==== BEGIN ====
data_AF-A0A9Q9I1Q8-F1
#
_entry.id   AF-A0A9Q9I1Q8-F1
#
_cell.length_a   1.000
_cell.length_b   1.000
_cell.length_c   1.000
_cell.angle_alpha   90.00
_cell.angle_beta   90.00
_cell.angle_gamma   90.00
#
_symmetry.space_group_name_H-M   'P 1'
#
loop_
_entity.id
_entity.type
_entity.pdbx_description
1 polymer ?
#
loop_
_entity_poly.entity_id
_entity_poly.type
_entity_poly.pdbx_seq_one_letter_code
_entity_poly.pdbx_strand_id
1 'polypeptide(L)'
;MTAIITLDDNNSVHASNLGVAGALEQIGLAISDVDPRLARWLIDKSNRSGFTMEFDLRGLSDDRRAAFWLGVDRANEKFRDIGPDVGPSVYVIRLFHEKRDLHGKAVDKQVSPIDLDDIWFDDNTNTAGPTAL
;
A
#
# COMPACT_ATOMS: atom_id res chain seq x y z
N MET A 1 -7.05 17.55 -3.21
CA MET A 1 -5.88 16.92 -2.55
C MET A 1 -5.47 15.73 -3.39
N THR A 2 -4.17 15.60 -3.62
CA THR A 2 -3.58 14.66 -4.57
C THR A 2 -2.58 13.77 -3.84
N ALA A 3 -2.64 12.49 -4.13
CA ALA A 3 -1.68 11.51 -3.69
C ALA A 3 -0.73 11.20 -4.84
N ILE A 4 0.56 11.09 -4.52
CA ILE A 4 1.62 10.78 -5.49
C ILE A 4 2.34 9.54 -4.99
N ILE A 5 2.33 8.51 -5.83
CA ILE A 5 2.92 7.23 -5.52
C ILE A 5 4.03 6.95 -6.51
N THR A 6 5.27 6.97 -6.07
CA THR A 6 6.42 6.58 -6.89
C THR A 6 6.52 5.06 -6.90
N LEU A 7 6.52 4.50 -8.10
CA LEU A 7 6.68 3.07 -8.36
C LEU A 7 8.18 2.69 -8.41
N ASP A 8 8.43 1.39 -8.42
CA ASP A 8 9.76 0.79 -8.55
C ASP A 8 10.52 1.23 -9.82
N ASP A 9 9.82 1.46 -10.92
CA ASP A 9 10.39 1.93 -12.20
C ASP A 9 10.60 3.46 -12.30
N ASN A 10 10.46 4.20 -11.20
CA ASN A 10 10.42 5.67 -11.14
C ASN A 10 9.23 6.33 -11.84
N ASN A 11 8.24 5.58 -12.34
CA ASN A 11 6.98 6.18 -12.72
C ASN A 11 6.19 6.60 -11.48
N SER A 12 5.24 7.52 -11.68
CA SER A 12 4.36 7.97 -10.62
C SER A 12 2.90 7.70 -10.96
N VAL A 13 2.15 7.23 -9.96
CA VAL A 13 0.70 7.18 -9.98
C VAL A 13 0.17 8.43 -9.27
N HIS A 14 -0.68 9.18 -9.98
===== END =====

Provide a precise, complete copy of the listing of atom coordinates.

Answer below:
data_AF-A0A9Q9I1Q8-F1
#
_entry.id   AF-A0A9Q9I1Q8-F1
#
_cell.length_a   1.000
_cell.length_b   1.000
_cell.length_c   1.000
_cell.angle_alpha   90.00
_cell.angle_beta   90.00
_cell.angle_gamma   90.00
#
_symmetry.space_group_name_H-M   'P 1'
#
loop_
_entity.id
_entity.type
_entity.pdbx_description
1 polymer ?
#
loop_
_entity_poly.entity_id
_entity_poly.type
_entity_poly.pdbx_seq_one_letter_code
_entity_poly.pdbx_strand_id
1 'polypeptide(L)'
;MTAIITLDDNNSVHASNLGVAGALEQIGLAISDVDPRLARWLIDKSNRSGFTMEFDLRGLSDDRRAAFWLGVDRANEKFRDIGPDVGPSVYVIRLFHEKRDLHGKAVDKQVSPIDLDDIWFDDNTNTAGPTAL
;
A
#
# COMPACT_ATOMS: atom_id res chain seq x y z
N MET A 1 -7.05 17.55 -3.21
CA MET A 1 -5.88 16.92 -2.55
C MET A 1 -5.47 15.73 -3.39
N THR A 2 -4.17 15.60 -3.62
CA THR A 2 -3.58 14.66 -4.57
C THR A 2 -2.58 13.77 -3.84
N ALA A 3 -2.64 12.49 -4.13
CA ALA A 3 -1.68 11.51 -3.69
C ALA A 3 -0.73 11.20 -4.84
N ILE A 4 0.56 11.09 -4.52
CA ILE A 4 1.62 10.78 -5.49
C ILE A 4 2.34 9.54 -4.99
N ILE A 5 2.33 8.51 -5.83
CA ILE A 5 2.92 7.23 -5.52
C ILE A 5 4.03 6.95 -6.51
N THR A 6 5.27 6.97 -6.07
CA THR A 6 6.42 6.58 -6.89
C THR A 6 6.52 5.06 -6.90
N LEU A 7 6.52 4.50 -8.10
CA LEU A 7 6.68 3.07 -8.36
C LEU A 7 8.18 2.69 -8.41
N ASP A 8 8.43 1.39 -8.42
CA ASP A 8 9.76 0.79 -8.55
C ASP A 8 10.52 1.23 -9.82
N ASP A 9 9.82 1.46 -10.92
CA ASP A 9 10.39 1.93 -12.20
C ASP A 9 10.60 3.46 -12.30
N ASN A 10 10.46 4.20 -11.20
CA ASN A 10 10.42 5.67 -11.14
C ASN A 10 9.23 6.33 -11.84
N ASN A 11 8.24 5.58 -12.34
CA ASN A 11 6.98 6.18 -12.72
C ASN A 11 6.19 6.60 -11.48
N SER A 12 5.24 7.52 -11.68
CA SER A 12 4.36 7.97 -10.62
C SER A 12 2.90 7.70 -10.96
N VAL A 13 2.15 7.23 -9.96
CA VAL A 13 0.70 7.18 -9.98
C VAL A 13 0.17 8.43 -9.27
N HIS A 14 -0.68 9.18 -9.98